12 Local Comic Book Creators to Keep On Your Radar
We think they'd be a great fit at Marvel and DC Comics.
(SPOT.ph) Working for the Big Two (that's Marvel and DC in comic speak) may seem like an elusive dream, but Filipino creators make it look so easy. For nearly 50 years, the work of these creative geniuses have graced the pages of many titles. Just go around any local comic book convention today and you’ll be able to spot the work of these talented creators on the same trajectory as their predecessors.
Here’s a rundown of just a handful of creators who we think deserve to be on the credits of the next Marvel or DC comic book. When you see these guys at the cons, make sure to have your book signed because you might be holding a collector's item.
As seen in his Eisner Award-winning comic book One Week in the Library, illustrator John Amor has a seemingly simple yet surreal style. He’s able to evoke horror in a relaxed setting and his sublime art would be a perfect fit for a Neil Gaiman graphic novel. With just one book, he’s already earned critical acclaim and we look forward to seeing more works of brilliance from him.
A lot of Rey Macutay’s work is hard to find locally, so you might end up getting them in Europe or downloading them yourself from Comixology. Whichever way you get your hands on these books, you will be stunned by his vibrant cinematic compositions. Each of his panels is a work of art in itself and packed with so much action that tell stories of their own. Comic book collectors, make sure to hunt for his French-written fantasy graphic novel Ravage, the short story Evangeline from Outlaw Territory Vol.3, and From Island to Islands Books 1 to 3 with writer Jamie Bautista (about the life of Louis Paul Heussaff).
With his strong attention to detail and choreography combined with a strong sense of storytelling, this U.S.-based artist is a professional who deserves more high-profile projects. So far, his interior work can be found in the Dark Horse title Shaper and the indie title Moon Streak where he assisted main artist Harvey Tolibao. When he gets his time under the spotlight, this is one artist who’s going to crush it.
Grab a copy of indie sci-fi title Starburn (written by Kelly Bender) to see Brian Balondo’s strong character design and adrenaline-fueled action-packed panel art. All his alien creatures are remarkably distinct, so it’s almost like he’s building his portfolio to do a stint in the Guardians of the Galaxy comic. In the meantime, while we wait for Marvel to give him his shot at the big leagues, try to commission him to do sketches at comic conventions before he becomes blazing hot.
Jim Jimenez was a Disney animator and now a rock-and-roll musician, so you know he’s the real deal. His character designs are all inviting to the eye. He can switch from kinetic action scenes to low-key dialogue scenes at the turn of a page and make it all look awesome. He’s just that versatile and dynamic. Look for his books, Earthling Vegan Warrior, Mythopolis, and War of Whispers.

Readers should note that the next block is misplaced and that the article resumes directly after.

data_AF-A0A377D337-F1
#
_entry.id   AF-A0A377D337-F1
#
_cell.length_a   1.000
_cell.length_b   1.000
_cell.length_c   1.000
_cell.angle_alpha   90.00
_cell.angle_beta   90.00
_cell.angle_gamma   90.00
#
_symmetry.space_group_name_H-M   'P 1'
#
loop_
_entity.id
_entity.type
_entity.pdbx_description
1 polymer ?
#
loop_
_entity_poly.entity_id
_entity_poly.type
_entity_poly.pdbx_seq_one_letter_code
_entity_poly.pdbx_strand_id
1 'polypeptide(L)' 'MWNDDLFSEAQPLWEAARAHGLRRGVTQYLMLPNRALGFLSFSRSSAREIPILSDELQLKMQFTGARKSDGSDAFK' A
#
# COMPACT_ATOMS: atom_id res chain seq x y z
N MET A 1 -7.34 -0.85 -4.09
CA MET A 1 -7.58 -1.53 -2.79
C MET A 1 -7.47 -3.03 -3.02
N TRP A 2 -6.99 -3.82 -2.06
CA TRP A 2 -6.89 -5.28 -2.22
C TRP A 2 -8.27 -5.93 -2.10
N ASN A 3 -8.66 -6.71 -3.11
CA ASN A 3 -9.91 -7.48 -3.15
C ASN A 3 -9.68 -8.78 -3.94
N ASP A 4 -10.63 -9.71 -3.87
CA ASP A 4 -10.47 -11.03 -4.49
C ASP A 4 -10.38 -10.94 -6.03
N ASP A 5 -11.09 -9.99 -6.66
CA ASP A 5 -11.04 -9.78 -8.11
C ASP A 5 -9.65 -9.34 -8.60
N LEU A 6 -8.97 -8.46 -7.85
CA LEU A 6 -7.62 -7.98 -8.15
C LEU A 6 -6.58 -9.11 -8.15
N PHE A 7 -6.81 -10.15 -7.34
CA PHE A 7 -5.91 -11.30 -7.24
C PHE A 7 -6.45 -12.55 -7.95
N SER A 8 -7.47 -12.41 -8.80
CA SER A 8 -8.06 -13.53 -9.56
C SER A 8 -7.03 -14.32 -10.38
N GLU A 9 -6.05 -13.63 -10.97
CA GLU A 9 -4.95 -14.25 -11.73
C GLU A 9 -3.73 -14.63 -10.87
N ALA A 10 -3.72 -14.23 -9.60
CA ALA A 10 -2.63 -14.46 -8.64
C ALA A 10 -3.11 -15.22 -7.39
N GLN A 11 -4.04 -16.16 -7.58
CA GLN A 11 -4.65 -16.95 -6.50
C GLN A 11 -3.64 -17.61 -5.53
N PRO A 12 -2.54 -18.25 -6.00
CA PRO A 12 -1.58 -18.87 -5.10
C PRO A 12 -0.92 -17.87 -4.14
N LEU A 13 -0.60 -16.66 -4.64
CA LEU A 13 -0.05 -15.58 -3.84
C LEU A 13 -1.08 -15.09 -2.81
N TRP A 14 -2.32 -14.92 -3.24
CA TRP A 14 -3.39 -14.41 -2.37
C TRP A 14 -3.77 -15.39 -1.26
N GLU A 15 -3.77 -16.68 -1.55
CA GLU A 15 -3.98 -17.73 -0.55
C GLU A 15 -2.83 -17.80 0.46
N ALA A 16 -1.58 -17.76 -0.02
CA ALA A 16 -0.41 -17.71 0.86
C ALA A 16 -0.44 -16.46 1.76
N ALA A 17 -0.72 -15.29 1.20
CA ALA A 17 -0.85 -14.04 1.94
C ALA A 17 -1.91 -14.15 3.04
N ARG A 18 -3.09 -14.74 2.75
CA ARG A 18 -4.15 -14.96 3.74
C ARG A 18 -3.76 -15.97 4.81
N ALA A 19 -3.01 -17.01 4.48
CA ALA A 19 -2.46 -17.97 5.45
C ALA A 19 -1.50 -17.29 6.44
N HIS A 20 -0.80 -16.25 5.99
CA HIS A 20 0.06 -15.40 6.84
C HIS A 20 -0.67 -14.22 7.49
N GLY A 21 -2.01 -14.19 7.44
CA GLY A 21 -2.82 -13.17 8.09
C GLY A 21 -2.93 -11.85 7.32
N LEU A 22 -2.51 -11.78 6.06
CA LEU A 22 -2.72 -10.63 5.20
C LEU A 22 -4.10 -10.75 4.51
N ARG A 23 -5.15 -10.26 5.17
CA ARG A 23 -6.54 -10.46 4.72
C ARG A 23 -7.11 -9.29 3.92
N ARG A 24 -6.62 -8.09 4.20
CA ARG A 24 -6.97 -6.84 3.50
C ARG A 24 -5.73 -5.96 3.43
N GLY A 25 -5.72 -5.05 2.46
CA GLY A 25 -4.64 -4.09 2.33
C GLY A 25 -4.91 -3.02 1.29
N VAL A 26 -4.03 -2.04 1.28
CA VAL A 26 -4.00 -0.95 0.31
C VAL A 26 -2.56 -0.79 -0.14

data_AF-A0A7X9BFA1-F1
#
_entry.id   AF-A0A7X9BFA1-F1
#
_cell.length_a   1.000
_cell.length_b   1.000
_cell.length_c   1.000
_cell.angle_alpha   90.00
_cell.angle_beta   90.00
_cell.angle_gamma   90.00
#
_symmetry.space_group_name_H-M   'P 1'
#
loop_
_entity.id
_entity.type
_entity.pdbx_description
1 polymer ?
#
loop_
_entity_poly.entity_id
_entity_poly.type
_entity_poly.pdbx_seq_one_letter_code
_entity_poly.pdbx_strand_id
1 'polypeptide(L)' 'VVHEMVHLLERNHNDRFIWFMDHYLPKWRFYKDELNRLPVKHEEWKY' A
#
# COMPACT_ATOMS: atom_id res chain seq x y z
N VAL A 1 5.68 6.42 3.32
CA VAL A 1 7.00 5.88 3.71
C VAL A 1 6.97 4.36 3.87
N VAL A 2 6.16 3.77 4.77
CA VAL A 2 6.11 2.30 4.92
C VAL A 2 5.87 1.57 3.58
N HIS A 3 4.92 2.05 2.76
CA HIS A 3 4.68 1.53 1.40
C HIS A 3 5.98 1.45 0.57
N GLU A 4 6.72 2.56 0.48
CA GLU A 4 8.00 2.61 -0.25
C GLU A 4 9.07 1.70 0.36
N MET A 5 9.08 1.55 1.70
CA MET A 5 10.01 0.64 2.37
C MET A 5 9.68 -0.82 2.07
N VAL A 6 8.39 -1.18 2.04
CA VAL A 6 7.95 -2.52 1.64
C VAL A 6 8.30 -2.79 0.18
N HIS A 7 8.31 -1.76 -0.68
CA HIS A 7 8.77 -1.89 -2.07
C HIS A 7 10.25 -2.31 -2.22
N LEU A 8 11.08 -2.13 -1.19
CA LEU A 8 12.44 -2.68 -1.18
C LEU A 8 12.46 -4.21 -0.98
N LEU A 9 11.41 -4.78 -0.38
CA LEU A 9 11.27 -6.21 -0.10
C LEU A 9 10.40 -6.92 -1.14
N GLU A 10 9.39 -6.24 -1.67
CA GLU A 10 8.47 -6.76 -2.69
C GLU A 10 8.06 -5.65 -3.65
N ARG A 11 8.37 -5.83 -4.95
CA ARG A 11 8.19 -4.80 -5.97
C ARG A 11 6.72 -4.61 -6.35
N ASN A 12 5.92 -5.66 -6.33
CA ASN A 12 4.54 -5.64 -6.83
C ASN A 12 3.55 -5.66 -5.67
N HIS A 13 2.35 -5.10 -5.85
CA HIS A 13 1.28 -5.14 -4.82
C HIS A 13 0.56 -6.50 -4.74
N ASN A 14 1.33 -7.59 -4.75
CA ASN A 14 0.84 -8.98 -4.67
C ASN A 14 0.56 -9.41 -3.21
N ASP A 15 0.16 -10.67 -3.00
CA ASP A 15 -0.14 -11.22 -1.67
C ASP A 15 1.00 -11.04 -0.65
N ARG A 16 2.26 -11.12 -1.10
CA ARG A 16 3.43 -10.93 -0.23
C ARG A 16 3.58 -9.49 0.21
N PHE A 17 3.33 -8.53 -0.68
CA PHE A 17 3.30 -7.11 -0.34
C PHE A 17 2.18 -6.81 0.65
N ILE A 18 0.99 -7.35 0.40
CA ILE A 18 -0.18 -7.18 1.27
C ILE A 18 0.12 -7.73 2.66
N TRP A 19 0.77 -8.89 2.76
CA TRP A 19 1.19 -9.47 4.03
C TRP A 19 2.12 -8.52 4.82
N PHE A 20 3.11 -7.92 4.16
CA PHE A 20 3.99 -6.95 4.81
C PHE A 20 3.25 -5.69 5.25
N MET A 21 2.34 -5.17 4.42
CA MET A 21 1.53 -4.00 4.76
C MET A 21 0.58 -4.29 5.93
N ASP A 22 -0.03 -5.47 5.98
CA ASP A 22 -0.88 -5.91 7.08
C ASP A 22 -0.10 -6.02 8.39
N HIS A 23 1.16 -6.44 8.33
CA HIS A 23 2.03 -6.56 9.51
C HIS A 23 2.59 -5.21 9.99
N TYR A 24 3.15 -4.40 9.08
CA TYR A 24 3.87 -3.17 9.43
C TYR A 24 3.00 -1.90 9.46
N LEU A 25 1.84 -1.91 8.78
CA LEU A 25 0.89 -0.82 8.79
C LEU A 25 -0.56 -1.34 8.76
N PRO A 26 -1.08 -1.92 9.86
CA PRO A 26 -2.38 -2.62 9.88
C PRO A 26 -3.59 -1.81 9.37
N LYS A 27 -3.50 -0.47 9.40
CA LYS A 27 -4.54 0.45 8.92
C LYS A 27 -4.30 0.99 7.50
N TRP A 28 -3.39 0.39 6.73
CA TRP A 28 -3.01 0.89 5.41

Xerx G. Javier
You know that a graphic narrative is good at telling stories when the artist shows a great eye for angles in each panel and pays close attention to facial expressions—to the extent that it doesn't even need word balloons. That’s exactly what Xerx Javier does in each of stories. To understand how a master storyteller crafts an enthralling story, read his books (A Vision of Dust, Doppleganger, and Clive Barker’s Nightbreed) and take notes.
Mike Alcazaren and Noel Pascual
Before Jordan B. Peele directed Get Out, these two writers (Alcazaren is a veteran movie director) came up with their own horror story packed with socially relevant themes. Patay Kung Patay is about a politically corrupt upper-class family under siege by zombies composed of the lower class. They’ve come up with an appropriately biting satire about bad people getting what’s coming to them from the people that they victimize. Their characters may be amoral, but the raunchy dialogue makes them compelling to read.
Andrew Drilon is a virtual chameleon when it comes to art styles, whether he’s working with cartoons or realistic figures. The artist-writer tells psychedelic stories that reveal the strangeness of the human condition. A-list U.S. comic book writer Matt Fraction once said that “Drilon does beautiful, otherworldly work—he makes comics like nobody else.” His Kara-Kare Kom!ks Platter should be on top of your reading pile.
If there's one artist on this list who can draw superheroes with a modern style, it would be Eman Casallos. If you look at his work in Dynamite’s Masks 2, all his costumed heroes are iconic; he looks primed and ready to draw either the Avengers or the Justice League books. It helps that he is already working for U.S. publisher Dynamite Comics, so it could just be a matter of time before he finally gets on the Big Two’s talent radar.
AJ Bernardo’s noir-ish style works perfectly for the dark horror portrayed in Patay Kung Patay. The book is in B&W with the occasional blood red that’s put to creative use. The stark contrast between the thick negative lines and blank spaces creates a sense of impending doom seldom seen even in American comics. His art recalls early Frank Miller when he was experimenting with his art in Sin City back in the ‘90s.
Like Andrew Drilon, Peejay Catucatan is that rare breed of creator who has full control over his creative vision. He wrote and illustrated a futuristic tale titled Buster, which features four foreign soldiers trapped behind enemy lines in a land that used be called the Philippines. To say more would spoil the surprise, but let’s just say that Catacutan’s strengths lie in his clear and crisp storytelling and lyrical prose.